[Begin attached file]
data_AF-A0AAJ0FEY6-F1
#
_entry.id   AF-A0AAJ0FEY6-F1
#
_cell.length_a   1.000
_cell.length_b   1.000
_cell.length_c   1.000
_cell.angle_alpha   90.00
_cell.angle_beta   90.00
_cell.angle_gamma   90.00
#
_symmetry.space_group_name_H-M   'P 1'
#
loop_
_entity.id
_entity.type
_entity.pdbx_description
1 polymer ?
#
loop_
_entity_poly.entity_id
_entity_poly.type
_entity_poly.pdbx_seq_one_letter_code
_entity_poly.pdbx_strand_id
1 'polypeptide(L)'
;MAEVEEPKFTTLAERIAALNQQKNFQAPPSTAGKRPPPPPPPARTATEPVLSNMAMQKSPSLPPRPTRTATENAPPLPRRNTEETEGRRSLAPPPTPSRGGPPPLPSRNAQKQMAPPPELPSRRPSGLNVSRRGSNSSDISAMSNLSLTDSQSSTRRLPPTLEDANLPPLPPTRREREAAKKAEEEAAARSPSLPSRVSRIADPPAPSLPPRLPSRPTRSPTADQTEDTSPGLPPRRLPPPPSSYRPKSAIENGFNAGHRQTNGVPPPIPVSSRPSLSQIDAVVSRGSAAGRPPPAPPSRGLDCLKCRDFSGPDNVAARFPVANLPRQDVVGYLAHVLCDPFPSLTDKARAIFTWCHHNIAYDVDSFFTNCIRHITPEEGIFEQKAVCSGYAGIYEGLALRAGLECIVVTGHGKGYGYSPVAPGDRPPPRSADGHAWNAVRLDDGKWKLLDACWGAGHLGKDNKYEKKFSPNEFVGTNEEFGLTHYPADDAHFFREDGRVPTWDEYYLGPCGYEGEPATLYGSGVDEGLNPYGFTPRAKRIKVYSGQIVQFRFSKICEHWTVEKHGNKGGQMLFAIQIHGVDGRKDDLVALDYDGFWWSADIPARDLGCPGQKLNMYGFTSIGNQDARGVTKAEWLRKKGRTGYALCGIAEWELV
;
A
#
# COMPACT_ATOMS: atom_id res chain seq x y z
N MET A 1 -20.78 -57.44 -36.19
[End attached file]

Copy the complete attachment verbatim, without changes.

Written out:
data_AF-A0AAJ0FEY6-F1
#
_entry.id   AF-A0AAJ0FEY6-F1
#
_cell.length_a   1.000
_cell.length_b   1.000
_cell.length_c   1.000
_cell.angle_alpha   90.00
_cell.angle_beta   90.00
_cell.angle_gamma   90.00
#
_symmetry.space_group_name_H-M   'P 1'
#
loop_
_entity.id
_entity.type
_entity.pdbx_description
1 polymer ?
#
loop_
_entity_poly.entity_id
_entity_poly.type
_entity_poly.pdbx_seq_one_letter_code
_entity_poly.pdbx_strand_id
1 'polypeptide(L)'
;MAEVEEPKFTTLAERIAALNQQKNFQAPPSTAGKRPPPPPPPARTATEPVLSNMAMQKSPSLPPRPTRTATENAPPLPRRNTEETEGRRSLAPPPTPSRGGPPPLPSRNAQKQMAPPPELPSRRPSGLNVSRRGSNSSDISAMSNLSLTDSQSSTRRLPPTLEDANLPPLPPTRREREAAKKAEEEAAARSPSLPSRVSRIADPPAPSLPPRLPSRPTRSPTADQTEDTSPGLPPRRLPPPPSSYRPKSAIENGFNAGHRQTNGVPPPIPVSSRPSLSQIDAVVSRGSAAGRPPPAPPSRGLDCLKCRDFSGPDNVAARFPVANLPRQDVVGYLAHVLCDPFPSLTDKARAIFTWCHHNIAYDVDSFFTNCIRHITPEEGIFEQKAVCSGYAGIYEGLALRAGLECIVVTGHGKGYGYSPVAPGDRPPPRSADGHAWNAVRLDDGKWKLLDACWGAGHLGKDNKYEKKFSPNEFVGTNEEFGLTHYPADDAHFFREDGRVPTWDEYYLGPCGYEGEPATLYGSGVDEGLNPYGFTPRAKRIKVYSGQIVQFRFSKICEHWTVEKHGNKGGQMLFAIQIHGVDGRKDDLVALDYDGFWWSADIPARDLGCPGQKLNMYGFTSIGNQDARGVTKAEWLRKKGRTGYALCGIAEWELV
;
A
#
# COMPACT_ATOMS: atom_id res chain seq x y z
N MET A 1 -20.78 -57.44 -36.19